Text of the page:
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Winning My Wings: A Woman Airforce Service Pilot in World War II Hardcover – October 1, 1996
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Marion Hodgson was one of the first women in the United States to train as a military pilot in the Women Airforce Service Pilots (WASP) program. Winning My Wings: A Woman Airforce Service Pilot In World War II tells an exuberant story set in 1943 when she and other WASPs earned their hard-won wings learning to fly everything from open-cockpit primary trainers to P-51 Mustangs, B-26 Marauders, and B-29 Superfortresses. Their stateside missions as plan ferriers freed their male counterparts for combat duty overseas. Winning My Wings is an action-packed story often humorous, sometimes harrowing, told mostly through letters Hodgson wrote to a Marine pilot fighting for his life after a fiery crash. Some of her letters describe the crashes that killed 38 other WASPs. Others revealed what it was like for these pioneering women as they ferried planes from factories to airfields, test-flew repaired aircraft, and performed a variety of other duties traditionally assigned to men. Winning My Wings is an important contribution to the historical literature of a very special, quite unique military group that proved itself essential in a time of global war. -- Midwest Book Review
From the Publisher
Summer vacation reading recommendation - Military Trader Magazine --This text refers to an out of print or unavailable edition of this title.
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This book chronicles the true story of what it was like for women who supported the USA by being pilots during WWII. There are some very funny anecdotes, some not really appropriate for young audiences, but very funny nonetheless. Things were different back in the 1940s, when no one had ever heard of sexual harassment or discrimination. The women who served as pilots had to put up with a lot of "wolf whistles" and insults, but they took it all with good humor. They knew how to roll with the punches, and they supported each other. They flew airplanes that men refused to fly because they thought they were too dangerous.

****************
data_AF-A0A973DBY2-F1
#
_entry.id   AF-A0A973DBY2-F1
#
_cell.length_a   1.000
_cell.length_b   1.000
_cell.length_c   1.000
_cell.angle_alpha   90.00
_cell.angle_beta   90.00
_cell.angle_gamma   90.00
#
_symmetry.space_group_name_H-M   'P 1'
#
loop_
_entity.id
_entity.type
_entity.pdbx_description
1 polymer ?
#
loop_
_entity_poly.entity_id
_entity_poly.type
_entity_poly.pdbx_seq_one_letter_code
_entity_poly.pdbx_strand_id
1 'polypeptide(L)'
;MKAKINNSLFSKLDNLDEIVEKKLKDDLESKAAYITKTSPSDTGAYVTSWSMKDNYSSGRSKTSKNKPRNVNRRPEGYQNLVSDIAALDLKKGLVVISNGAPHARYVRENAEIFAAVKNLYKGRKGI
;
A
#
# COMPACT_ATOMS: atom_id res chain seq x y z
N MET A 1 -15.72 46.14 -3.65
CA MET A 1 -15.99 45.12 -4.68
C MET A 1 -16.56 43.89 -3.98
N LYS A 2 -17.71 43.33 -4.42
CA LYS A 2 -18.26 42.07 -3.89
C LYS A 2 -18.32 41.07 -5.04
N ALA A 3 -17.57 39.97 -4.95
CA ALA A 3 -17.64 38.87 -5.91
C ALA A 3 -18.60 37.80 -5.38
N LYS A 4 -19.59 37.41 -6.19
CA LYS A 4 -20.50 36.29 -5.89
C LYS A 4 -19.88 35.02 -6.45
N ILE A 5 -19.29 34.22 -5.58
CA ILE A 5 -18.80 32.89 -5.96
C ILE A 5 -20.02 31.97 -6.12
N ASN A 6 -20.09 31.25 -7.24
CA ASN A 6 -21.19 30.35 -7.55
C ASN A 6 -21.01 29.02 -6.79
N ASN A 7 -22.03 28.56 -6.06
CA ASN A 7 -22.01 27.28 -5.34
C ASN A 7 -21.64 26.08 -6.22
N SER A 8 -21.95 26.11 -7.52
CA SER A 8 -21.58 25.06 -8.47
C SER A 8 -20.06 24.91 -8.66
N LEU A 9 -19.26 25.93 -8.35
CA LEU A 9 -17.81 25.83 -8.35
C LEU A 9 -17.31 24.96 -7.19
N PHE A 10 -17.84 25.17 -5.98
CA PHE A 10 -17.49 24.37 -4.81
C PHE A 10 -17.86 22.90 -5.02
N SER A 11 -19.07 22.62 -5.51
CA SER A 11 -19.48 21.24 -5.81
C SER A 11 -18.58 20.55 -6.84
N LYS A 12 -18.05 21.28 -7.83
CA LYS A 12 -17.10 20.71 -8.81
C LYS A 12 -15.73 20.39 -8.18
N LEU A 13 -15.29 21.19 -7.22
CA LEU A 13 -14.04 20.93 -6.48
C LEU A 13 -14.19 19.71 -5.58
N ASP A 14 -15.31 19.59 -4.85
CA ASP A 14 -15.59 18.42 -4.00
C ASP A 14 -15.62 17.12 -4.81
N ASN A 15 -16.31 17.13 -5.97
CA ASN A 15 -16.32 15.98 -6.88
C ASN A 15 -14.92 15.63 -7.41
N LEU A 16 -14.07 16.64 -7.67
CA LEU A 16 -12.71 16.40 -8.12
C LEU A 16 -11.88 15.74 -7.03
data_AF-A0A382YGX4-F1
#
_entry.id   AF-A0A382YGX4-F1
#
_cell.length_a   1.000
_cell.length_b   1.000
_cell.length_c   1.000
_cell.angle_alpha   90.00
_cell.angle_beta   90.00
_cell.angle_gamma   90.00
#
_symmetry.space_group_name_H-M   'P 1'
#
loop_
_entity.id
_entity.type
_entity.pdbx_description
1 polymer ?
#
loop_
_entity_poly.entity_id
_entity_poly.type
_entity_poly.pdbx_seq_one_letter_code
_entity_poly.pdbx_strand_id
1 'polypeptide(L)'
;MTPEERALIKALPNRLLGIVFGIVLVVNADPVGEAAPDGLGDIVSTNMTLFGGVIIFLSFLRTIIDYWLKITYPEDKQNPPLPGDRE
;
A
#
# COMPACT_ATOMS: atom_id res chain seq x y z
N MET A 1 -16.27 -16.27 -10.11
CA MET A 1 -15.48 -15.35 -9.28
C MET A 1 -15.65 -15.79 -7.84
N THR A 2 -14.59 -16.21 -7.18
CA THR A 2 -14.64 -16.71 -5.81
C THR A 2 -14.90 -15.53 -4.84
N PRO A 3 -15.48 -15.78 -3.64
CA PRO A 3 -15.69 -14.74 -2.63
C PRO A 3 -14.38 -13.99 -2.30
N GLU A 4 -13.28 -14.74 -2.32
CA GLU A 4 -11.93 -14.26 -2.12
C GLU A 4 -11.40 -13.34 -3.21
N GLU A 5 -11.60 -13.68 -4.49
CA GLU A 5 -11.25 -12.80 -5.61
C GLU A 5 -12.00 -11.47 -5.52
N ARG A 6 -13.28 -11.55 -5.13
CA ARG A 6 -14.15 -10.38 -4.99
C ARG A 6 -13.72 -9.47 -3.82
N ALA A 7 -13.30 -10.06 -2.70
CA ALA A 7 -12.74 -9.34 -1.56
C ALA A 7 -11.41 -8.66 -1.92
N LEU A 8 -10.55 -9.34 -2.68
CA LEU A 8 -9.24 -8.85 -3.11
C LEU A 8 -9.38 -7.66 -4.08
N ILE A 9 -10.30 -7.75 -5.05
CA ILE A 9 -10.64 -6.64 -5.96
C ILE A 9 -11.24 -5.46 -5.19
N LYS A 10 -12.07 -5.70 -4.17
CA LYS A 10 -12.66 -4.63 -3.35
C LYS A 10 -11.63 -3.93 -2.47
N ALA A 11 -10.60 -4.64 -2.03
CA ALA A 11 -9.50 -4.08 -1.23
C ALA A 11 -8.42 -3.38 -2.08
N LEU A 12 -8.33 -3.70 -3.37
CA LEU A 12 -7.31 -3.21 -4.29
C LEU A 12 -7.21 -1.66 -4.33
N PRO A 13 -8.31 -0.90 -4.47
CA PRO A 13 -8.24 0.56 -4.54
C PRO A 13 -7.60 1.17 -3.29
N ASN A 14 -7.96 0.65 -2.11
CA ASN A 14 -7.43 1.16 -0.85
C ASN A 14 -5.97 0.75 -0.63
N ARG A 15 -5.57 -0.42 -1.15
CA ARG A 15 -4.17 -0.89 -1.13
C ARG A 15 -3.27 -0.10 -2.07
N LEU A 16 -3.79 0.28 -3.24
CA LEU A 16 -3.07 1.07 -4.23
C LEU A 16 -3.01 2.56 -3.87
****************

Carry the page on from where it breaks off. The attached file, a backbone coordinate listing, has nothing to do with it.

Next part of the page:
You don't have to be a pilot to feel inspired after reading this book. The "can do" attitude of these pilots is truly worthy of respect, and the author keeps you smiling through it all. It makes for a good read!
I loved the look at the life of a WASP. The details of their training, instructors, prejudices they faced, different emergency situations, and information about World War II in general are not told in a boring, textbook like way, but matter of fact and even witty at times. Majority of autobiographies I have read are "woe is me..." or they exagerate the author's good qualities. Not so, this one. Marion retained a positive attitude throughout her experience and the writing of this book. She also tells of mistakes she made, embarrassing situations, and doubts or hesitations that went through her mind.
This was truly a joy to read. As I turned the last page, I had a smile on my face.
Photos of the author at the end of the book depict a tall, pretty blonde who could have easily passed for a movie star. Instead she chose the sky and became a trailblazer for so many other women.
Although she flew many types of aircraft during her short stint as a WASP, the author's favorite was the AT-6. I wiped away a few tears at the end of the book as Marion described her last encounter with this aircraft. As she turned to walk away from her beautiful AT-6 and her life as a WASP, you knew she was leaving behind an old friend. I highly recommend this book to both male and female readers. You don't have to be an aviation buff to enjoy this tale. As the author is fond of saying, "Tail winds and blue skies."
Kathleen M. Rodgers ~ author of the award-winning novel "The Final Salute"
Ranked #1 on Amazon's Top Rated War Fiction - 2012
Ranked #2 on Amazon's Bestselling Military Aviation - 2010.